A Voice for the Voiceless: How One Undergrad Created a Device to Give People with Speech Altering Disabilities an Outlet to Speak

When I was 18 years old, I spent a year in Ecuador through Rotary Youth Exchange, a program which hosts exchanges for young students in countries around the world. A few months into my trip, I decided to volunteer at an orphanage in the Andes mountains in a village called Racar. This orphanage was specifically for children and adults with disabilities. I quickly noticed that the residents with cerebral palsy were quietly sitting by the windows.

With little experience dealing with cerebral palsy and complex communication needs (CCNs), I started asking them questions about what they liked. Getting no verbal response, I worked to establish "yes" or "no" answers using their vocalizations, facial expressions, and movements. I then asked binary response questions, prompting them to respond through their own unique way of communicating "yes" and "no."

Mary at the Rotary Youth Exchange Program in Ecuador Mary at the Rotary Youth Exchange Program in Ecuador Mary Elizabeth McCulloch

And then it hit me hard. I realized that these people, in this remote town outside of Cuenca, were trapped inside bodies that wouldn’t allow them to communicate what their brains wanted to say. They each had likes and dislikes, dreams and nightmares; but no one had taken the time to ask them. The workers rotated on eight-hour shifts; while the residents were fed, taken to the bathroom, and washed, no one had established a reliable form of communication for the residents.

I was confused: why were people reluctant to help them communicate? Why were they seemingly forgotten in this society? Why were so many people with disabilities in orphanages? I was heartbroken.

During college, I realized there is a lot I did not understand about disabilities and the stigma that comes with them. Some 4.6 million people on earth have cerebral palsy or ALS and cannot speak. Moreover, is estimated that 70 million people in the world have a communication disability. Many people believe that if a person cannot talk, they cannot understand conversation, and therefore are unable to participate in society. This stigma exists in places like the Dominican Republic, India, Sri Lanka, and in the United States.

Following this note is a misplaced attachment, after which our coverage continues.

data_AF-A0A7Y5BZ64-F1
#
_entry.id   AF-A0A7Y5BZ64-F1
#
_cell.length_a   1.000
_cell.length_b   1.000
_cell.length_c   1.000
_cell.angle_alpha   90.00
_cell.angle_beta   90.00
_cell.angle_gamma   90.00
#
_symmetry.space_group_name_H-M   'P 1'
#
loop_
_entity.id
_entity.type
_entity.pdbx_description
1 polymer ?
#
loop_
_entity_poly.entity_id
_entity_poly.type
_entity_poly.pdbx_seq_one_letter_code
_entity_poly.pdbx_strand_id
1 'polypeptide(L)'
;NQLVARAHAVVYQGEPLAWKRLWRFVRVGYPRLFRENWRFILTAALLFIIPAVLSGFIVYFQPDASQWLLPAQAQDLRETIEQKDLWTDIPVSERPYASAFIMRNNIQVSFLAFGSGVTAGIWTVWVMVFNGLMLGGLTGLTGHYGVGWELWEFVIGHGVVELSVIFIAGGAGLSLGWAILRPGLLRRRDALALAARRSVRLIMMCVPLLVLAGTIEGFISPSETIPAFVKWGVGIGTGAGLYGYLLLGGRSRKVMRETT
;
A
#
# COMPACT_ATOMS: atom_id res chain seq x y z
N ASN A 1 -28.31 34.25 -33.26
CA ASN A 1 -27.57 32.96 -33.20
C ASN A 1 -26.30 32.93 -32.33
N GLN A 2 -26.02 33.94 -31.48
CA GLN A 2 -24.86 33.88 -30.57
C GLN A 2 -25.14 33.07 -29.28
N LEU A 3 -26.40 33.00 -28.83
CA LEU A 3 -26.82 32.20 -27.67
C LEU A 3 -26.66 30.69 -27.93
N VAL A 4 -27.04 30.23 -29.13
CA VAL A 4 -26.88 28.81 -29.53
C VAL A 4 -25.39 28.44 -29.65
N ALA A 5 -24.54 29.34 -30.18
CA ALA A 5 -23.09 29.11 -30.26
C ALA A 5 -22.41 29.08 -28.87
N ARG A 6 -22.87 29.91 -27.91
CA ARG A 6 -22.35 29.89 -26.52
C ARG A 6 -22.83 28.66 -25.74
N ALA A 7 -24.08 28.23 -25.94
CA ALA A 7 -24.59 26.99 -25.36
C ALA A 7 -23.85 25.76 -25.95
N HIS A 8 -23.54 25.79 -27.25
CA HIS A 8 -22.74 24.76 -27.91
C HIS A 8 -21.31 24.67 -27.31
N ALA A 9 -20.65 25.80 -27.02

It’s no surprise, then, that people with disabilities experience adverse socioeconomic outcomes, from low education rates and poor health outcomes to unemployment and higher poverty rates. These factors are multiplied when children with disabilities live in resource-constrained settings and low-income communities. In many places, because they lack any other option, these children are abandoned on church doorsteps and taken in by local orphanages.

When I returned from Ecuador, I began studying biomedical engineering at Penn State. I focused on developing a solution for people with disabilities to communicate, and learned about the field of Assistive Technology (AT). AT is any piece of technology that can be used to increase the functional capabilities of a person with disabilities. Devices currently taking advantage of AT range from wheelchairs to computers outfitted with advanced eye recognition software.

Mary Elizabeth McCulloch (founder) and Trip Miller (CFO) show how the Vox Box works Mary Elizabeth McCulloch (founder) and Trip Miller (CFO) show how the Vox Box works ALS Association and Prize4Life

I knew I needed something that was low-cost, durable, and wearable to ensure independent communication. At the time, many solutions on the market were high-cost and high-maintenance, making them completely inaccessible to people in low-income communities.

And so my team, Project Vive, and I created the Voz Box, which transforms a consumer tablet into an affordable, durable speech-generating device (SGD) that takes advantage of digitization and is a fifth the cost of competition. 

We created and made our device compatible with a large variety of sensors to fit the breadth of abilities people with neuromuscular conditions possess, including Bluetooth sensors that detect low-motor control movement in the finger, elbow, knee, foot, and eye. 

We received support from Penn State programs during college such as Inc U., Summer Founders Program and Happy Valley Launchbox to help make our company a reality.

I took the entrepreneurial route because I found something I was passionate about and a big problem I wanted to solve. By the time I graduated college I knew I could make something new that current companies weren’t doing to solve this problem. 

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